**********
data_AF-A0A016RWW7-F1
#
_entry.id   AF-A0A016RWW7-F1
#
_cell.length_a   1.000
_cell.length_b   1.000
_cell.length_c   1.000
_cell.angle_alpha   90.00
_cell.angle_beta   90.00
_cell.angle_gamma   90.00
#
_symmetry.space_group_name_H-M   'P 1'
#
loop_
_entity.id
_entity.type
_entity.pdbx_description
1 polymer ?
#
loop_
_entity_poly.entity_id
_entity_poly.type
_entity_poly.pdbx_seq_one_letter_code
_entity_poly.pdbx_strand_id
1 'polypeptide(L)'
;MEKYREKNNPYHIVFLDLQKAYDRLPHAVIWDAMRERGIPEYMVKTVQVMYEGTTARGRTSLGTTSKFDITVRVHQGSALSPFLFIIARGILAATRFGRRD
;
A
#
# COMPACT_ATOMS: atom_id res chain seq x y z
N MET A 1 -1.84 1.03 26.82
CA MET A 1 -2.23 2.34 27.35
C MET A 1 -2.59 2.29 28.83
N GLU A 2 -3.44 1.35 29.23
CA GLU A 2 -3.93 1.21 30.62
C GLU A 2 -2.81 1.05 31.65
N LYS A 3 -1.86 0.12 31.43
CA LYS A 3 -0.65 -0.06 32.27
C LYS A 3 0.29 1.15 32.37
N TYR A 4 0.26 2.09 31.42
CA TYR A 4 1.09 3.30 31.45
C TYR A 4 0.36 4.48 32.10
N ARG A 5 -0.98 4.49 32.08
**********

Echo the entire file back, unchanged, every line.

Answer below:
data_AF-A0A016RWW7-F1
#
_entry.id   AF-A0A016RWW7-F1
#
_cell.length_a   1.000
_cell.length_b   1.000
_cell.length_c   1.000
_cell.angle_alpha   90.00
_cell.angle_beta   90.00
_cell.angle_gamma   90.00
#
_symmetry.space_group_name_H-M   'P 1'
#
loop_
_entity.id
_entity.type
_entity.pdbx_description
1 polymer ?
#
loop_
_entity_poly.entity_id
_entity_poly.type
_entity_poly.pdbx_seq_one_letter_code
_entity_poly.pdbx_strand_id
1 'polypeptide(L)'
;MEKYREKNNPYHIVFLDLQKAYDRLPHAVIWDAMRERGIPEYMVKTVQVMYEGTTARGRTSLGTTSKFDITVRVHQGSALSPFLFIIARGILAATRFGRRD
;
A
#
# COMPACT_ATOMS: atom_id res chain seq x y z
N MET A 1 -1.84 1.03 26.82
CA MET A 1 -2.23 2.34 27.35
C MET A 1 -2.59 2.29 28.83
N GLU A 2 -3.44 1.35 29.23
CA GLU A 2 -3.93 1.21 30.62
C GLU A 2 -2.81 1.05 31.65
N LYS A 3 -1.86 0.12 31.43
CA LYS A 3 -0.65 -0.06 32.27
C LYS A 3 0.29 1.15 32.37
N TYR A 4 0.26 2.09 31.42
CA TYR A 4 1.09 3.30 31.45
C TYR A 4 0.36 4.48 32.10
N ARG A 5 -0.98 4.49 32.08